15. Mike Judge is hiding in plain sight.

A still from 'Office Space' (1999)
20th Century Fox Home Entertainment

In an uncredited role, the writer and director plays Joanna’s boss at Chotchkie's, reprimanding her about her lack of flair. (Though it’s hard to recognize him under the mustache and wig.)

16. Judge is a not-so-secret hip-hop head.

A still from 'Office Space' (1999)
20th Century Fox Home Entertainment

Hip-hop is repeatedly played and referenced throughout Office Space, particularly gangsta rap, which was ascendant in the '90s. The famous printer-smashing sequence is set to the Geto Boys’ “Damn It Feels Good to Be a Gangsta.” Also notice Michael Bolton rapping along to Scarface while driving in the movie’s opening. Judge has cleverly curated hip-hop in much of his work, from rap videos in Beavis and Butt-head to a collaboration with Danny Brown for Silicon Valley.

17. Milton foreshadows the climax a lot.

A still from 'Office Space' (1999)
20th Century Fox Home Entertainment

Milton mentions the possibility of burning down the Initech office several times before actually doing it, making it perhaps the least surprising act of arson depicted in film.

15 Facts About Bill & Ted’s Excellent Adventure on Its 30th Anniversary

MGM
MGM

In 1989, a couple of slackers from San Dimas, California hopped inside a time-traveling phone booth and gathered a gaggle of key figures from the past so they wouldn’t fail their high school history class. In 1991, they were at it again. Now, 30 years after Keanu Reeves and Alex Winter first cemented their place in sci-fi history as the lovable duo, the long-awaited threequel—Bill & Ted Face the Music—has been officially confirmed. Here are 15 things you might not know about the most excellent original film.

1. Bill and Ted were born in an improv class.

The idea for the characters of Bill and Ted came about in 1983, when UCLA classmates Ed Solomon and Chris Matheson formed a student improv workshop with a few of their peers. “One day, we decided to do a couple of guys who knew nothing about history, talking about history,” Solomon recalled to Cinemafantastique in a 1991 interview. “The initial improv was them studying history, while Ted’s father kept coming up to ask them to turn their music down.” (Solomon played Ted, Matheson was Bill.)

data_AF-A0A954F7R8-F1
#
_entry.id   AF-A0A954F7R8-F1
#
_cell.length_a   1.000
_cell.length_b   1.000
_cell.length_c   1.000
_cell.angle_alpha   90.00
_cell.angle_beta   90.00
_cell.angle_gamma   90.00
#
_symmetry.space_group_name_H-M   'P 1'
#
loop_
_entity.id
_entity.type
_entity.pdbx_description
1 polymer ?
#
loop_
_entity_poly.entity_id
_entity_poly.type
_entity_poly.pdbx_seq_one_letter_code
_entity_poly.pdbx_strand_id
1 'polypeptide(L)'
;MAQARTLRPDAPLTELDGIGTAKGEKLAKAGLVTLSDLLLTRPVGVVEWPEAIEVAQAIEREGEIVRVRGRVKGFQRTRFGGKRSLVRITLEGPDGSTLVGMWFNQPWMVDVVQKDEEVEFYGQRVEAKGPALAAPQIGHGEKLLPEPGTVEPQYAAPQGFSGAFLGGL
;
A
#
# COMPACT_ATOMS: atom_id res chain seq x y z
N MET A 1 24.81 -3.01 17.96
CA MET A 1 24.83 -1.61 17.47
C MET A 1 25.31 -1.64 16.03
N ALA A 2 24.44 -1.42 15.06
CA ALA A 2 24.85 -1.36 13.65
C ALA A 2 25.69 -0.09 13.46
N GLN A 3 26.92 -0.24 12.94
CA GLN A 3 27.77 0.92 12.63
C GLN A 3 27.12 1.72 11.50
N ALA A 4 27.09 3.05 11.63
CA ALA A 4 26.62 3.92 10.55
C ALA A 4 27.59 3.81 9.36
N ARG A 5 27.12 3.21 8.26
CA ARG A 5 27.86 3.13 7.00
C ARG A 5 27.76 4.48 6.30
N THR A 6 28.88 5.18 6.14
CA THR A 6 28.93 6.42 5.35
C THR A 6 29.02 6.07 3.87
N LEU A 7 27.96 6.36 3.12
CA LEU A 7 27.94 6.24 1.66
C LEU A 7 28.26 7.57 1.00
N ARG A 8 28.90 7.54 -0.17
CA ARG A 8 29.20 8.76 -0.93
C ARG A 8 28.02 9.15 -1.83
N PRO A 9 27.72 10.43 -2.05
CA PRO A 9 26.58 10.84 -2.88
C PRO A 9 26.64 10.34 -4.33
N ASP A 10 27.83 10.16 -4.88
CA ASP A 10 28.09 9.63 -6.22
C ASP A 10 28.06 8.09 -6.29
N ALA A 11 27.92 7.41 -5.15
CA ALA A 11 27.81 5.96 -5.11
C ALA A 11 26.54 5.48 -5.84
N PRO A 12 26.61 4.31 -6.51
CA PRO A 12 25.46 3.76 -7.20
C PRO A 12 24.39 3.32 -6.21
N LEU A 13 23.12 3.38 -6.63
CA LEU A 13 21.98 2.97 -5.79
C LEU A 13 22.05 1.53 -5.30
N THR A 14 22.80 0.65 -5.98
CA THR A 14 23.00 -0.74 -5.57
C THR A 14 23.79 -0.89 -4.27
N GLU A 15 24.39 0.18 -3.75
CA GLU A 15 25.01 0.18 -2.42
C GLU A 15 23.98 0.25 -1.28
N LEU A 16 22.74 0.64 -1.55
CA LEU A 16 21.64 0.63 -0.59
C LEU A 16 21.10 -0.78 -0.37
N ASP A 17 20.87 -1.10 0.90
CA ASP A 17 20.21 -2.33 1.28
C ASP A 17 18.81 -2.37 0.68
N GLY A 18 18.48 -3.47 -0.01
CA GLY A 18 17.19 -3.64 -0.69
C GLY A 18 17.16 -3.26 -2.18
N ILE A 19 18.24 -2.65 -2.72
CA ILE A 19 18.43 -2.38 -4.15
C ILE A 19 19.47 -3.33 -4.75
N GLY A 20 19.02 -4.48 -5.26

2. Originally, it was Bill & Ted & Bob.

When the skit originated, there was a third character, Bob. But “Bob” wasn’t as into it as Solomon and Matheson, so the trio became a duo.

3. Bill wanted to be Ted and Ted wanted to be Bill.

It’s hard to imagine anyone but Keanu Reeves playing Ted Logan, or another actor besides Alex Winter in the role of Bill S. Preston, Esq., but each actor actually auditioned for the opposite role. But when Solomon and Matheson saw their audition tapes, they thought the opposite would work better. In an online chat with Moviefone, Reeves claimed that he didn’t even know their roles had been switched until after he had been cast. “I got a call saying that I got the part,” Reeves recalled. “So I went to the wardrobe fitting… assuming I was playing Bill, and I get there and Alex Winter, who eventually played Bill, went to the wardrobe fitting thinking he was playing Ted. Then we were informed that that wasn't the case.”

4. Pauly Shore also wanted to be Ted.


Getty Images

Pauly Shore was among the hundreds of actors who auditioned for the role of Ted. In 1991, Shore hosted an MTV special, Bill & Ted’s Bogus Premiere Party, in which Shore corners Reeves in a back room to talk about his failed audition. Lucky for America, Shore did go on to find fame apart from Bill & Ted, and bring the phrase, “Hey, Bu-ddy!” into the popular lexicon.

5. No, Bio-Dome is not Bill & Ted's threequel.

Speaking of Pauly Shore ... For years, rumors circulated that the script for 1996’s Bio-Dome—starring Shore and Stephen Baldwin—was actually written as the third film in the Bill & Ted franchise. In 2011, Winter laid this rumor to rest when he told /Film that the story is “total urban legend as far as I know. No one involved in that movie had anything to do with Bill & Ted. So unless they were just going to try and reboot the franchise with that concept and different actors, I can’t see a connection.”

6. Keanu Reeves and Alex Winter weren't quite nerdy enough.

The casting of Reeves and Winter posed a problem for the script. “Bill and Ted were conceived in our minds as these 14-year-old skinny guys, with low-rider bellbottoms and heavy metal T-shirts,” Solomon told Cinefantastique. “We actually had a scene that was even shot, with Bill and Ted walking past a group of popular kids who hate them. But once you cast Alex and Keanu, who look like pretty cool guys, that was hard to believe.”

7. George Carlin was a happy accident.


Getty Images

In a 2013 Reddit AMA, Alex Winter called the casting of George Carlin (as Rufus, Bill and Ted’s mentor) “a very happy accident. They were going after serious people first. Like Sean Connery. And someone had the idea, way after we started shooting, of George. That whole movie was a happy accident. No one thought it would ever see the light of day.”

8. The time machine was originally a van.